Raiders- Oakland rumors fly

June 22, 1995|By Vito Stellino | Vito Stellino,Sun Staff Writer

Take your choice.

Al Davis, the maverick owner of the Los Angeles Raiders, is close to moving back to the Oakland, Calif., home he left 13 years ago, or he's using his former coach, John Madden, to give him leverage in his talks with Los Angeles officials.

Madden, the Fox-TV announcer who still is close to Davis, sent shock waves throughout the NFL yesterday when he said in a radio report that Davis had decided to return to Oakland. The Associated Press later quoted a source as saying Davis' return to Oakland was a "done deal."

Davis, though, quickly denied that he had made up his mind.

"I don't know what's going on, so help me God," Davis said. "Everyone's doing a lot of things. This went on two weeks ago."

He was referring to the news conference that Hollywood Park officials called on June 10 when they thought Davis had decided to make a deal to play at a proposed stadium at the racetrack.

But Davis, who was at the track that day, didn't attend the news conference, and R. D. Hubbard, the director of the track, simply announced the track had made its best offer to Davis and it was up to him to decide whether to take it.

Like the Hollywood Park officials, Madden apparently got the idea from Davis that he had made up his mind -- this time to go back to Oakland.

Although Davis could have been using Madden to get Hollywood Park to sweeten the deal, there's also a possibility that Davis simply can't make up his mind, but is leaning toward Oakland.

In any case, nobody except Madden was saying on the record that Davis has decided what to do.

A spokesman for Hollywood Park said, "We don't know a thing."

Joe Browne, an NFL spokesman, said, "We have not been told Al Davis has made a decision at this point."

Pat Bowlen, the owner of the Denver Broncos and a member of a three-man committee that helped negotiate the Hollywood Park deal with the NFL, said in a statement, "Nobody knows what Al Davis is going to do."

Steve Ortmayer, who recently left the team to become the director of football operations for the St. Louis Rams, said he thinks Davis will stay put. "Every indication I have is that the guy is staying in Los Angeles and will be playing in the Los Angeles Coliseum this year."

Davis' decision could have an impact on Baltimore's attempt to lure an NFL team here to replace the Colts, who left for Indianapolis in 1984. If Davis returns to Oakland, the league will try to persuade an existing team to move to the nation's second-largest market.

If the Cincinnati Bengals decide not to come to Baltimore, other teams who are unhappy with their stadium deals -- such as the Tampa Bay Buccaneers and the Cleveland Browns -- could decide to bypass Baltimore for Los Angeles.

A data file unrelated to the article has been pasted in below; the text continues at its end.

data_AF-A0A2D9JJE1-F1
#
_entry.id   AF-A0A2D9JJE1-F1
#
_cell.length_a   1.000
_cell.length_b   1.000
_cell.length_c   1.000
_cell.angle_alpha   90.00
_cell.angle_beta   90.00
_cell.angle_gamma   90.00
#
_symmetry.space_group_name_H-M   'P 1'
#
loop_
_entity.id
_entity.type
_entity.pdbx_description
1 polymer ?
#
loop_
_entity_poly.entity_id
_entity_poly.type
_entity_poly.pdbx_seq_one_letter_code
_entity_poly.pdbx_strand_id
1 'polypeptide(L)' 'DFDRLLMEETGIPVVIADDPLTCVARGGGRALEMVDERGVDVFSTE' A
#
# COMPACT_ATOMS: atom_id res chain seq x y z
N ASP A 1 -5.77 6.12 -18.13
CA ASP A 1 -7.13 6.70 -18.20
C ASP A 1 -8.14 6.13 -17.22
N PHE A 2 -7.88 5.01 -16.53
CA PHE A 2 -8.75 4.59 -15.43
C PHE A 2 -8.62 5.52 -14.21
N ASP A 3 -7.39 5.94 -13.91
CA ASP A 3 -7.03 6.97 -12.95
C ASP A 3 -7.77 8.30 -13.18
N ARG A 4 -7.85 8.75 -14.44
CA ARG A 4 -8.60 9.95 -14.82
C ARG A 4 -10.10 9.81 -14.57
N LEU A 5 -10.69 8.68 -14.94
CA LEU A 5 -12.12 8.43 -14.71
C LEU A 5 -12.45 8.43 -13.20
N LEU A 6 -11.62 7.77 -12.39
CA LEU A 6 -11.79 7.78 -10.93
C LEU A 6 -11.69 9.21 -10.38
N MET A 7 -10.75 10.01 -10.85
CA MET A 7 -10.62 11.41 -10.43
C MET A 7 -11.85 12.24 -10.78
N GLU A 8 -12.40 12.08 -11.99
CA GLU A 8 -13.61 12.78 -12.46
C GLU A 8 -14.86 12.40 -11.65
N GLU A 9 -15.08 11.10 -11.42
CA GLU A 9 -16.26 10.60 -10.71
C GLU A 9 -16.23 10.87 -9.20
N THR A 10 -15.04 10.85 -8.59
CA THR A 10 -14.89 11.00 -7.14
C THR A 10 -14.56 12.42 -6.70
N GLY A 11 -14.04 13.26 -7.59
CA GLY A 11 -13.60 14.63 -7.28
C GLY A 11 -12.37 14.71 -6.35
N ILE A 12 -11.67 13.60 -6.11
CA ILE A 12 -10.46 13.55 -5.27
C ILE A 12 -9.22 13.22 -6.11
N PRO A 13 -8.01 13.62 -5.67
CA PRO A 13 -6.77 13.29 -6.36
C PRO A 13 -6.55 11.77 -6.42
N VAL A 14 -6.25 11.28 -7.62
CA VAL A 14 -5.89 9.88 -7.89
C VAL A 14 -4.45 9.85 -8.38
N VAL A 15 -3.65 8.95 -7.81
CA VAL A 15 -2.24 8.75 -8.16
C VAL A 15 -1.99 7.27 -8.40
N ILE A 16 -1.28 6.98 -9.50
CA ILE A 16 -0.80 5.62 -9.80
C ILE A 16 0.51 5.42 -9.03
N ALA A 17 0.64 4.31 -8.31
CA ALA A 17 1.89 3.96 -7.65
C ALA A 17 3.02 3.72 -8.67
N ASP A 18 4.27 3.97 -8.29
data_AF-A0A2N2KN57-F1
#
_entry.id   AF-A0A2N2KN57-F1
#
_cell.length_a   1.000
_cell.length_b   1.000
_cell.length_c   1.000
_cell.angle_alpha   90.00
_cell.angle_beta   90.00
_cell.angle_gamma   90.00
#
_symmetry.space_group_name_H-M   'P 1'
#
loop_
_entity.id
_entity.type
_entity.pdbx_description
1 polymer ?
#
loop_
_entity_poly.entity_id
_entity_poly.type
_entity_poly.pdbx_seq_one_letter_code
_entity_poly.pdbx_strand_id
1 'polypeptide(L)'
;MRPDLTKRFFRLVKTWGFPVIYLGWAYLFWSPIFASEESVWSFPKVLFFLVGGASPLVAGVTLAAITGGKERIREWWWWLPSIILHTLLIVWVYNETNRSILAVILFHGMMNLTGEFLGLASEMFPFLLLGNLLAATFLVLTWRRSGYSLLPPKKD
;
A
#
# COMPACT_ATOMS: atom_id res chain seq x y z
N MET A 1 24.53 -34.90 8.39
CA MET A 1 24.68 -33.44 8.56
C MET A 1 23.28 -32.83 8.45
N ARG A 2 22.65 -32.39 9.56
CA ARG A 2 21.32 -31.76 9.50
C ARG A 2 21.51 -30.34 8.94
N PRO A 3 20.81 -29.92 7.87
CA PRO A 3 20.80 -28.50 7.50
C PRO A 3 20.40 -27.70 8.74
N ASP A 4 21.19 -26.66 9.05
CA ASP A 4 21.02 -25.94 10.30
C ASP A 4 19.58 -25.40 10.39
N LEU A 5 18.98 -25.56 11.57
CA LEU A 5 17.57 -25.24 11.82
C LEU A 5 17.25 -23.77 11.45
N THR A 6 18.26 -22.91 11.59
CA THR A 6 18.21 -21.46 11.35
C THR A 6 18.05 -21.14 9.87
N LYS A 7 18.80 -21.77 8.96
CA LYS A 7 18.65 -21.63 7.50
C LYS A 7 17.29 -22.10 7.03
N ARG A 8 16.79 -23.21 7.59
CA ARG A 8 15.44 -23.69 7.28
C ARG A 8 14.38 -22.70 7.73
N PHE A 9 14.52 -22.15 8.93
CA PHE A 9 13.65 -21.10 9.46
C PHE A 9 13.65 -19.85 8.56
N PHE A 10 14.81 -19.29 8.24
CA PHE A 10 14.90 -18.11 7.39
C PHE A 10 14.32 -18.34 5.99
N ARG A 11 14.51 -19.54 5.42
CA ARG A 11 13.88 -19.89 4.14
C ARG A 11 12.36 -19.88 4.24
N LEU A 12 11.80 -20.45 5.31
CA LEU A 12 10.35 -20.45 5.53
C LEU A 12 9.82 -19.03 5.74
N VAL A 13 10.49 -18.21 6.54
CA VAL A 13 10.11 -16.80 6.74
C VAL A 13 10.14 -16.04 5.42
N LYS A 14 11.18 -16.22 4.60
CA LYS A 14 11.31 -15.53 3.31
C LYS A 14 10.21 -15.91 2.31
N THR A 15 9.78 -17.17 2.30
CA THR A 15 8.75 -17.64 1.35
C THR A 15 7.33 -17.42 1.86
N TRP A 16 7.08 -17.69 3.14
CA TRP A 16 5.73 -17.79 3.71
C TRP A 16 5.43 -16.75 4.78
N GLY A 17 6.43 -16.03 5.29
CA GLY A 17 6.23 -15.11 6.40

Mike Brown, the owner of the Bengals who visited Baltimore a week ago, told the owners at a meeting in Jacksonville, Fla., last month that he has no interest in Los Angeles.

In choosing between Oakland and Los Angeles, Davis apparently is torn between short-term or long-term gain.

On a long-term basis, he could be better off in a new stadium at Hollywood Park than at the Oakland Coliseum, which is supposed to get $85 million in renovations, including 175 luxury boxes if he moves back.

But the Hollywood Park stadium wouldn't be completed before 1997 -- if then -- so Davis will be stuck playing in the aging Los Angeles Coliseum for two or three years if he takes that deal.

Davis, who'll turn 66 on July 4, has told friends he thinks he has a better chance of winning the Super Bowl this year if he plays in Oakland in front of sellout crowds with a passion for the team. He doesn't feel he has a home-field advantage playing in front of sparse crowds at the Coliseum.

NFL officials, who lost a court fight when they attempted to stop Davis from moving from Oakland in 1982, aren't expected to give him any opposition if he decides to move back.

But the San Francisco 49ers have indicated they'll try to get a relocation fee from Davis if he again tries to share the Bay area with them.

Carmen Policy, the president of the San Francisco 49ers, wouldn't elaborate on what action he'll take if Davis does try to move back.

Even if Davis does announce he's returning to Oakland, there's no guarantee he'll actually play there.

He's announced deals in the last decade to play in a proposed stadium in Irwindale, Calif., and to return to Oakland, but both deals eventually fell apart and he remained in L.A.

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